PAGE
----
More than 60% of breast cancer cases in India are detected at an advanced stage, but a new handheld device seeks to bring screening to areas with limited access
Dr. Rajshree Dayanand Katke in Mumbai, India, is literally taking control of patients’ health in her own hands.
For every two women in India newly diagnosed with breast cancer, one will die of it. India sees nearly 150,000 new cases of breast cancer every year – and more than 60% of all breast cancer cases are detected at an advanced stage, which dramatically reduces the five-year survival rates to just 52% (compared to 90% in the United States). 70,000 women die of the disease every year.
Women across the developing world aren’t regularly screened for breast cancer, and most don’t have access to mammography. Even if they do, there’s a shortage of experienced radiologists to read the results.
As the medical superintendent at Cama and Albless Hospitals and a professor of obstetrics and gynecology at Grant Medical College, Dr. Katke is pioneering the use of a new handheld device that may make it easier for woman in underserved areas of India to get pre-screened for breast cancer.
The technology, iBreastExam, was developed to quickly, easily and accurately detect abnormalities in women’s breasts. It uses no radiation and is painless, making it a great pre-screening tool for community health workers, primary care physicians, obstetricians and gynecologists to identify breast abnormalities in healthy women during routine health checkups. Designed with the intent to pre-screen for breast anomalies rather than diagnosing them, the device is significantly cheaper compared to a full-fledged diagnostic device such as an ultrasound or mammogram. Primary care services and access to early detection methods are a major cause for concern in emerging markets. iBreastExam enables early access to pre-screening in primary care settings, helping to identify woman who are at risk of breast cancer early and funnel them to the next line of diagnosis – a mammogram or ultrasound device.
Courtesy of UE Lifesciences
Already, more than 75,000 women have been screened in India with iBreastExam over the last year, and it has helped to identify more than 100 cases of breast cancer.
Dr. Katke has used iBreastExam for just over a year to screen nearly 50,000 women. In that time, it detected lumps in 2,251 women, of which 75 were cancerous. She says iBreastExam fills a critical gap in early detection.
iBreastExam gives her a “map” of the breast tissue that indicates if there are any abnormalities that should be further evaluated for malignancies. This early screening often leads to early treatment, which has profound effects on survival rates.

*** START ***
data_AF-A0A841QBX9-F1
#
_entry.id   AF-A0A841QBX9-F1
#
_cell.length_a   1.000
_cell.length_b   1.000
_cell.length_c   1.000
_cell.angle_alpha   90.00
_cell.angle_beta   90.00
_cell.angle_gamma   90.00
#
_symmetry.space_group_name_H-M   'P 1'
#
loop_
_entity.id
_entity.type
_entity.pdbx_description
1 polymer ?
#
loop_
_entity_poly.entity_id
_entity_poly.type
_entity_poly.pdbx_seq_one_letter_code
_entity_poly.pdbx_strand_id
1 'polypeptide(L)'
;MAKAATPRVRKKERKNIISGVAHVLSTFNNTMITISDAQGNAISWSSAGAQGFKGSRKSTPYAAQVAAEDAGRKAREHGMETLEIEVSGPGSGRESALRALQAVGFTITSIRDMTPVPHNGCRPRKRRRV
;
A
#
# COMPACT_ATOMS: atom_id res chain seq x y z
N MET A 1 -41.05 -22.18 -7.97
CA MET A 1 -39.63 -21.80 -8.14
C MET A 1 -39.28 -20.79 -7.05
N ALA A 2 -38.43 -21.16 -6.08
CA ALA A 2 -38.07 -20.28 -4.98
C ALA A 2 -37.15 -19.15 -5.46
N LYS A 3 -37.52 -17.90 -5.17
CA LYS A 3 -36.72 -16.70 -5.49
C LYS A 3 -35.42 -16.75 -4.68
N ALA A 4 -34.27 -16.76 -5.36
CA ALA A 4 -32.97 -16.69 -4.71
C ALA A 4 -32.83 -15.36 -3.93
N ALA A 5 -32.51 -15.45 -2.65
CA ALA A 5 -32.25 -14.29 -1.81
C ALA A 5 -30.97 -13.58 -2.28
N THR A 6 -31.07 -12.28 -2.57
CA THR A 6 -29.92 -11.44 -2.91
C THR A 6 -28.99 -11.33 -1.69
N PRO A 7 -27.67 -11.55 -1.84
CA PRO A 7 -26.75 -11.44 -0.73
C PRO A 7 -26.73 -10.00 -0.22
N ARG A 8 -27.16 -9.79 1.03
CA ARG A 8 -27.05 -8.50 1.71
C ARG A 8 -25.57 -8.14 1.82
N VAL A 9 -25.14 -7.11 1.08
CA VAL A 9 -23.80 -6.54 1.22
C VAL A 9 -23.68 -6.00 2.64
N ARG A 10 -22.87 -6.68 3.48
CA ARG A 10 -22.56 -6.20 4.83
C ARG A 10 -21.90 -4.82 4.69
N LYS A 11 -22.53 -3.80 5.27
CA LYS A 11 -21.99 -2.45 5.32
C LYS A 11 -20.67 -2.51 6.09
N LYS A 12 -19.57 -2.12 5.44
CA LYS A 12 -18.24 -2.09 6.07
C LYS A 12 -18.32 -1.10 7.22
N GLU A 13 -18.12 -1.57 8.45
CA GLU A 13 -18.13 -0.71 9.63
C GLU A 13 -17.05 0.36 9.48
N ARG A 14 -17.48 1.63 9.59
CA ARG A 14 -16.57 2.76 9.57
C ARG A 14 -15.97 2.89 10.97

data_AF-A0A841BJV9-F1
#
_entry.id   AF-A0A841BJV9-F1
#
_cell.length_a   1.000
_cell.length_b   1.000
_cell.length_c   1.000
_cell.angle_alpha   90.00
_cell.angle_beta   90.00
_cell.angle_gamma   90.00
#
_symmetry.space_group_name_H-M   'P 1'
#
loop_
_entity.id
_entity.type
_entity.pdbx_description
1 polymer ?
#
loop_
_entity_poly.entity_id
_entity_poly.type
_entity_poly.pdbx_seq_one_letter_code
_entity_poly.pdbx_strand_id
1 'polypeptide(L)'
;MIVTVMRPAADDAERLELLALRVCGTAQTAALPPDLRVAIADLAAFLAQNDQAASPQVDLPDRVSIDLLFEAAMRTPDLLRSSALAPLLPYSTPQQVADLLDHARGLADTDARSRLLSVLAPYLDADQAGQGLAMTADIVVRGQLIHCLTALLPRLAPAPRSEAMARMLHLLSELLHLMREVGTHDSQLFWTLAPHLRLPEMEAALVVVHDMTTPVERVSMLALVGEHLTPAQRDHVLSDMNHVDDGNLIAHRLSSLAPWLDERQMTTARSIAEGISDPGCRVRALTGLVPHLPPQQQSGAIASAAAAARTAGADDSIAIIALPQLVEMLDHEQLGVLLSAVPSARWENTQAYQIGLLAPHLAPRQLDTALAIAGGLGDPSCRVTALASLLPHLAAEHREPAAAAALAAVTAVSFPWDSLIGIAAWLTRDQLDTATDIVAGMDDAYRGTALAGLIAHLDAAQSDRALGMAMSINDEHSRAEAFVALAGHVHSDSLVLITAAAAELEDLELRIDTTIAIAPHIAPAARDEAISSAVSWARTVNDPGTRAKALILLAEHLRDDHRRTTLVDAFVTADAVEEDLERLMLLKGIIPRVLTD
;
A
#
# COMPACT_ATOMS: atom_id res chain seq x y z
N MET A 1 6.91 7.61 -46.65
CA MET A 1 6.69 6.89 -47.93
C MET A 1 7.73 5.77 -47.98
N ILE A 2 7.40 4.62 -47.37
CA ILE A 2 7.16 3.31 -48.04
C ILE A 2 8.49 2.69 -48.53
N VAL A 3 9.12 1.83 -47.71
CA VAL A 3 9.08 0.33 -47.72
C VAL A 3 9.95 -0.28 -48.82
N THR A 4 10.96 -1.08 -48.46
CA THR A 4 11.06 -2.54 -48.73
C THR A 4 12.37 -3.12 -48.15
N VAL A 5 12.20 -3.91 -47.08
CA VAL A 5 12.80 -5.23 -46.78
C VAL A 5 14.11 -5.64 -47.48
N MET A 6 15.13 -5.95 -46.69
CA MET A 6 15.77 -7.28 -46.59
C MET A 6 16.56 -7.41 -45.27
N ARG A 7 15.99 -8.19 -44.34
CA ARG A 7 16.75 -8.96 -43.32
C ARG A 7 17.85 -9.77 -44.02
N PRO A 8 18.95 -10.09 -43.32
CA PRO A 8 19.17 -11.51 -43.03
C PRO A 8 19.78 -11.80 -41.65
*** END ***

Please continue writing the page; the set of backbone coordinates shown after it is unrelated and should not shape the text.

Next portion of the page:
“Because the screening with iBreastExam is very good, we can treat these women at early stages, which is important because that gives them a higher five-year survival rate. It also improves the quality and the longevity of life,” she says.
The technology was developed by Mihir Shah and Matt Campisi, co-founders of UE Lifesciences. Shah and Campisi developed it based on personal experiences with the disease. Campisi’s grandmother, mother-in-law and his wife’s cousins were all diagnosed with breast cancer, and his wife’s family carries the BRCA gene mutation that makes it more likely for her to develop breast cancer. Shah’s mother-in-law in India was diagnosed with breast cancer several years ago after self-detecting a lump.
“What undermines the entire outcome for women is not getting screened and detected early enough. Systematically, there is very little access to early detection in these parts of the world,” Shah says. “That’s why these areas need a tool like iBreastExam. It puts the ability to detect small lumps in the hands of community health workers, who are really the front-line care provider to much of the developing world.”
Courtesy of UE Lifesciences
GE Healthcare has partnered with UE Lifesciences as part of GE Healthcare’s accelerator five.eight to commercialize iBreastExam in 25+ countries across South Asia, Southeast Asia and Africa. The partnership brings together UE Lifesciences’ skills to design and develop mobile health innovations, and GE Healthcare’s sales, marketing and distribution expertise in these markets to enable early detection of breast cancer in the developing world. This partnership will allow UE Lifesciences to target more than 500 million women in developing countries who can benefit from iBreastExam.
Campisi says this partnership will help UE Lifesciences achieve their mission of impacting as many lives as possible.
“Our company’s success is not necessarily having a device that technologically works. It's a device that make a clinical outcome change for the better,” he says. For us, the idea was to make a device that can reach as many people and change as many clinical outcomes.”
He also believes that iBreastExam could help underserved populations in the developed world, such as low-income rural and urban centers in America. “In the western world, we have areas that mimic the developing world where there's a lack of resources,” he says. “These areas would benefit in the same way as the developing world from iBreastExam.”
In India, Dr. Katke sees iBreastExam as the wave of the future for her patients, with the potential for global impact. “Across the globe there are new cases and the incidence of breast cancer is rising,” she says. “For breast cancer, we need a good screening tool, and iBreastExam is a very good tool. It can help so many women.”
 UE Lifescience internal analysis based on world bank data